SOCIAL EFFECTS OF DIABETES
Category : How Diabetes Affects Mental Health
Trying to follow a diabetic diet can be trying in social situations. Family or friends may appear offended by the person who will not eat a piece of homemade pie or other dessert. It can be difficult to avoid overindulging in the presence of people who eat large quantities of food.
People with diabetes may have to refrain from some group activities due to the need to monitor or maintain their blood sugar, leading to stigmatization or group isolation.
Sports are an important part of many people’s lives. Teamwork, camaraderie, and physical activity are vital parts of a well-rounded life. Diabetes doesn’t have to alter that. Exercise is essential in diabetes management, and participation in sports can provide this and other benefits. But it does require some extra effort by the diabetic.
One important component is tracking the effect of exercise on glucose levels, reacting to changes with Insulin or food. The varying lengths and intensity of games and practices will need to be accommodated.
Another important factor is incorporating the team concept. The coach should be educated and prepared, and alert to the diabetics needs.
It’s a good idea to set up an advance meeting, rather than try to discuss all the factors at the first practice.
Letting the player’s teammates know about the diabetes and the player’s needs is a good idea, too.
Nylon bracelets that say “Type 1 diabetes” are available when playing sports.
On the Job
When a person with Type 1 or Type 2 diabetes enters the work force, they could have had their condition for some time and understand their requirements. There are no concrete steps to follow when meshing work and diabetes, because each person’s situation is different.
In certain jobs, it may not ever be necessary for the employer or coworkers to know you have diabetes. In other situations, reasonable accommodation may have to be requested .
Here are some factors to consider:
Is the job flexible so you can monitor glucose, eat snacks, and/or take insulin? If the specifics of the job or work environment don’t automatically accommodate these needs, talk to your employer about adjusting the requirements of your position or schedule.
Does the job require the employee to do activities that could be dangerous in the occasion of hypoglycemia?· Do certain requirements of the job, such as rotating to a midnight shift, cause disruptions of sleep cycles and meal times to the extent that glucose levels become difficult to manage? In such a case, a doctor’s letter may help you get the employer to accommodate this.
The diabetic’s planning skills will come in handy as they embark on any new job venture.
Family Impact Due to Diabetes
Family dynamics may change due to jealousy over one family member dominating the attention of the others. The person with diabetes may have special foods prepared for him or her or be allowed to avoid family chores, causing animosity.
A parent with diabetes may require help from her children, upsetting the established family roles.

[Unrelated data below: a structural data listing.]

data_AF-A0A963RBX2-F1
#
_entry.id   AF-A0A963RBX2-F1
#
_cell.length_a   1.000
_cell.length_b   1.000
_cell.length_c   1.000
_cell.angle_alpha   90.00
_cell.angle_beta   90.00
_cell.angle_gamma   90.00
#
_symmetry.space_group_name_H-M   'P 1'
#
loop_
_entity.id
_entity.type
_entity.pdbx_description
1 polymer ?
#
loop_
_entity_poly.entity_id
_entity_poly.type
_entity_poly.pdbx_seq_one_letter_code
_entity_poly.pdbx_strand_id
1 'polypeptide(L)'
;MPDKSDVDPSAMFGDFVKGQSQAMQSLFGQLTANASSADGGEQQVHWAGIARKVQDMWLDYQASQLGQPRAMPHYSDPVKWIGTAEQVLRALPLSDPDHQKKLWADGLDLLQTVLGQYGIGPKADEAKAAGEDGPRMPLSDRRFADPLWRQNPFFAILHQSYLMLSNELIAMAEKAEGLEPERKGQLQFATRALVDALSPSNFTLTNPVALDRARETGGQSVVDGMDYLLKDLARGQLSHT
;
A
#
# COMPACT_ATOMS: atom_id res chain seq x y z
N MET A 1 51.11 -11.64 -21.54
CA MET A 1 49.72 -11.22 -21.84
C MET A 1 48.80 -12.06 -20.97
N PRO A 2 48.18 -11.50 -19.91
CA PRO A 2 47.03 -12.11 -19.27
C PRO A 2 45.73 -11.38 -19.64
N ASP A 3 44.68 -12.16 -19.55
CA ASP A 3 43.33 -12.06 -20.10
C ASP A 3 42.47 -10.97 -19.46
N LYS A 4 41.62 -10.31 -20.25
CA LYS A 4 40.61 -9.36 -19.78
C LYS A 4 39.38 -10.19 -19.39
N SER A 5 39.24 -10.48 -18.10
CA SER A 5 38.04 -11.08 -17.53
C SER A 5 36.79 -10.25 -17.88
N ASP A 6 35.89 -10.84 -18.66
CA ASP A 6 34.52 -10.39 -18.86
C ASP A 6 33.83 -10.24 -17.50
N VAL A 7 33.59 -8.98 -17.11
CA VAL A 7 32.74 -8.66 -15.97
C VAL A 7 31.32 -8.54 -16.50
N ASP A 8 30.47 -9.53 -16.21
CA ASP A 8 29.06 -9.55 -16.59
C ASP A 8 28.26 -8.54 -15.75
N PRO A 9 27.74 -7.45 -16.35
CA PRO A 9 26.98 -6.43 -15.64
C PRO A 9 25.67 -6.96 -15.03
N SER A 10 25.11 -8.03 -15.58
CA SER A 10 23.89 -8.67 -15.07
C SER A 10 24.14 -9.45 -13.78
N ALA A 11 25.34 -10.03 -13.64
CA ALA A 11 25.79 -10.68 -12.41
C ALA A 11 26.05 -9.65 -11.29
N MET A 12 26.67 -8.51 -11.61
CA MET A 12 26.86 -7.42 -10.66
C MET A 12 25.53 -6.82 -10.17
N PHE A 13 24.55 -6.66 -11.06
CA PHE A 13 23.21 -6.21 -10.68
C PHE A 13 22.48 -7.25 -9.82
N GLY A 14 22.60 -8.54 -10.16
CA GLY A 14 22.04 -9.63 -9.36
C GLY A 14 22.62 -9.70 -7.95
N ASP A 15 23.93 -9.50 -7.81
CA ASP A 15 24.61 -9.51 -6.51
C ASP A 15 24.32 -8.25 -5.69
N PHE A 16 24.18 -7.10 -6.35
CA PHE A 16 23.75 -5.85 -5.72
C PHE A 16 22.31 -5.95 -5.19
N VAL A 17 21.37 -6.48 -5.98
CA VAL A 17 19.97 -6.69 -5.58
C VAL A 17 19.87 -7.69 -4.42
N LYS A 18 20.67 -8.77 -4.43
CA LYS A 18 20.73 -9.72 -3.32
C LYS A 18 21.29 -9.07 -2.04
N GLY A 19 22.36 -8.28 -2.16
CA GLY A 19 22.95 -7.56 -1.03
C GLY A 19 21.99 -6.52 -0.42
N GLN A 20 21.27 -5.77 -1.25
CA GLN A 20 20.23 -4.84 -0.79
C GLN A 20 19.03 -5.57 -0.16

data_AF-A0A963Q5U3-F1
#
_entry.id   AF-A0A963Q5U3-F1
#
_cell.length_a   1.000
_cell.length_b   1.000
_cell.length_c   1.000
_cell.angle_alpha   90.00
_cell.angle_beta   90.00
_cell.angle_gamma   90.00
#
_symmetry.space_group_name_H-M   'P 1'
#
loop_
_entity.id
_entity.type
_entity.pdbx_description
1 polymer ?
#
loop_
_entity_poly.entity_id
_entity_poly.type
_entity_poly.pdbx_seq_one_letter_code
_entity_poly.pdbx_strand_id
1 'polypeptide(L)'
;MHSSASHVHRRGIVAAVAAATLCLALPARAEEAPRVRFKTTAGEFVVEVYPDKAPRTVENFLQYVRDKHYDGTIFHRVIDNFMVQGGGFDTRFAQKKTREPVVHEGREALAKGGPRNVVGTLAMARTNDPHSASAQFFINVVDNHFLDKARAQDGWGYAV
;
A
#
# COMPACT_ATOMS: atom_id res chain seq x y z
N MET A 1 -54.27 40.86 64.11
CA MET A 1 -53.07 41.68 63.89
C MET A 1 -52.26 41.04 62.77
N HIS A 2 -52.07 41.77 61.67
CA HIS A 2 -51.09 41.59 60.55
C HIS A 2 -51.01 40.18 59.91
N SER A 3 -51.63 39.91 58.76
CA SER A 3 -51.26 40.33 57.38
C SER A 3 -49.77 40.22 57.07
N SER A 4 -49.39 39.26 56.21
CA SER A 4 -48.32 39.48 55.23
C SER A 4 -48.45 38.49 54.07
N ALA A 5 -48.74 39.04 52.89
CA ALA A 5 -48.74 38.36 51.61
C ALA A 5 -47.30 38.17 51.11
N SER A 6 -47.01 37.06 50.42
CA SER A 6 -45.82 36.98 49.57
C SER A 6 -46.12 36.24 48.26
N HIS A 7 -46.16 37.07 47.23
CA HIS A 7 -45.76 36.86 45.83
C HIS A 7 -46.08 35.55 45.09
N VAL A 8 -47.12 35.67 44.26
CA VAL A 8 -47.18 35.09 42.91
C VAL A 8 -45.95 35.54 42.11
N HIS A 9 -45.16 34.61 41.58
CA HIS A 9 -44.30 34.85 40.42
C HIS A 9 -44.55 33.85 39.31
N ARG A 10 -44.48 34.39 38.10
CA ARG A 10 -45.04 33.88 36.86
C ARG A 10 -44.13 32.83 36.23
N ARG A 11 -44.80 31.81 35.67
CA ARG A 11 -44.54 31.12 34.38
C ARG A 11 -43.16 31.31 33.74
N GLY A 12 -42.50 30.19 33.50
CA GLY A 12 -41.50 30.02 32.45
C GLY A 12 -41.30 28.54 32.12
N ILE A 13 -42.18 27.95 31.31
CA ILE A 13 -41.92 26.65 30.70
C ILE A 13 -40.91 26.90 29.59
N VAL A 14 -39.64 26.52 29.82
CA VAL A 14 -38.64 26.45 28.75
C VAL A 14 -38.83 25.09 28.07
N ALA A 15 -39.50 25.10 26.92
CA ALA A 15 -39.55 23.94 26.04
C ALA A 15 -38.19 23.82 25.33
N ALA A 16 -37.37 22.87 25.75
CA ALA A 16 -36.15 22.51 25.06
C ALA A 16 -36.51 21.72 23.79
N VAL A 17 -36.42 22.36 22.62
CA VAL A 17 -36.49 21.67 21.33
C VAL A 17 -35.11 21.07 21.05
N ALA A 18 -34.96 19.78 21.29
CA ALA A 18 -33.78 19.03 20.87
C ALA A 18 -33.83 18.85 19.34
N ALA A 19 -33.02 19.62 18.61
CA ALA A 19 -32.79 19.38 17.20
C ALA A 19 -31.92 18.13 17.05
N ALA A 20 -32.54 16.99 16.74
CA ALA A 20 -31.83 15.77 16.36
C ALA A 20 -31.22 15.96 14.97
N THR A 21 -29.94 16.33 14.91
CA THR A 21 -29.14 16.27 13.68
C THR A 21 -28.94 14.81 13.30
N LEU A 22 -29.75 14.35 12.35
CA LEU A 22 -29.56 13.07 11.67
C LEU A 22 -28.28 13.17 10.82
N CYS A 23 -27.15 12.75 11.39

At times, the entire family’s schedule may be changed by a diabetic’s inability to attend or participate in a traditional family function.
If the person diagnosed with diabetes refuses to care for him or herself properly, major power struggles may ensue as family members attempt to force him or her to stop engaging in unhealthy activities.
When a family member is diagnosed with diabetes, emotional stress impacts the whole family. Spouses may feel stressed as they assist with new meal planning and medication management. Children might feel anxious about changes in family routines including additional doctor visits, daily blood glucose monitoring and expanded exercise routines.
Families might find themselves faced with hospital stays, medication adjustments or more lifestyle changes in order to cope with health complications from diabetes.
Simple things such as going out, a visit to the zoo, a wedding, a vacation now become a little more complicated, leading to anger and resentment, and even more stress.
Families dealing with diabetes can suffer from communication challenges. Parents whose adult children have diabetes may feel compelled to provide regular reminders about eating, exercise and medications, causing the diabetic sufferer to feel scolded or nagged. Communication sometimes disintegrates as family members struggle to find new ways to communicate about the ongoing issue of living with diabetes.
The family member who prepares the meals may make significant changes to help the diabetic. Fried foods, greasy side dishes and sugary desserts may be replaced with baked foods, raw vegetables and fresh fruit, possibly causing dissent or confusion within the family. Servings may be smaller and snacks discouraged.
These changes may feel forced upon the family members who are not ill. However, most components of a diabetic diet are healthy for everyone, making the new meals plans a beneficial change for every family member. Open communication about how each person feels about mealtime changes can help everyone adjust.